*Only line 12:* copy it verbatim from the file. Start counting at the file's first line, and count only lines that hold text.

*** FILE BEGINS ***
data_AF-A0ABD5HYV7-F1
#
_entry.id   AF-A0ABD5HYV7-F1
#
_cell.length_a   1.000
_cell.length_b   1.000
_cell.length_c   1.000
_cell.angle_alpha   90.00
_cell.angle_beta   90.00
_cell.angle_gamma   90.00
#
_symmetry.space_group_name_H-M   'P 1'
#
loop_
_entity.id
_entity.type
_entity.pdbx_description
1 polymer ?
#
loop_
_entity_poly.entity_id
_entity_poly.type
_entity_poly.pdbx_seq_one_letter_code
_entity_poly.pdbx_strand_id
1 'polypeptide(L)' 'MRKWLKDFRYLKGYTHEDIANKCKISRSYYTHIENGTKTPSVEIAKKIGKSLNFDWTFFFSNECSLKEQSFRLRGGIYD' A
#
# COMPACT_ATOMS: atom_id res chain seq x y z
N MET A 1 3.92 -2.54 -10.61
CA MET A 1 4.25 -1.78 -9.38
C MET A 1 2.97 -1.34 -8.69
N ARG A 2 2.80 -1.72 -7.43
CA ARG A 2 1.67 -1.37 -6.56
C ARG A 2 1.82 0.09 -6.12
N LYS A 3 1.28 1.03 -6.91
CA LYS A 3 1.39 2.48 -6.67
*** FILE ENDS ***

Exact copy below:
_symmetry.space_group_name_H-M   'P 1'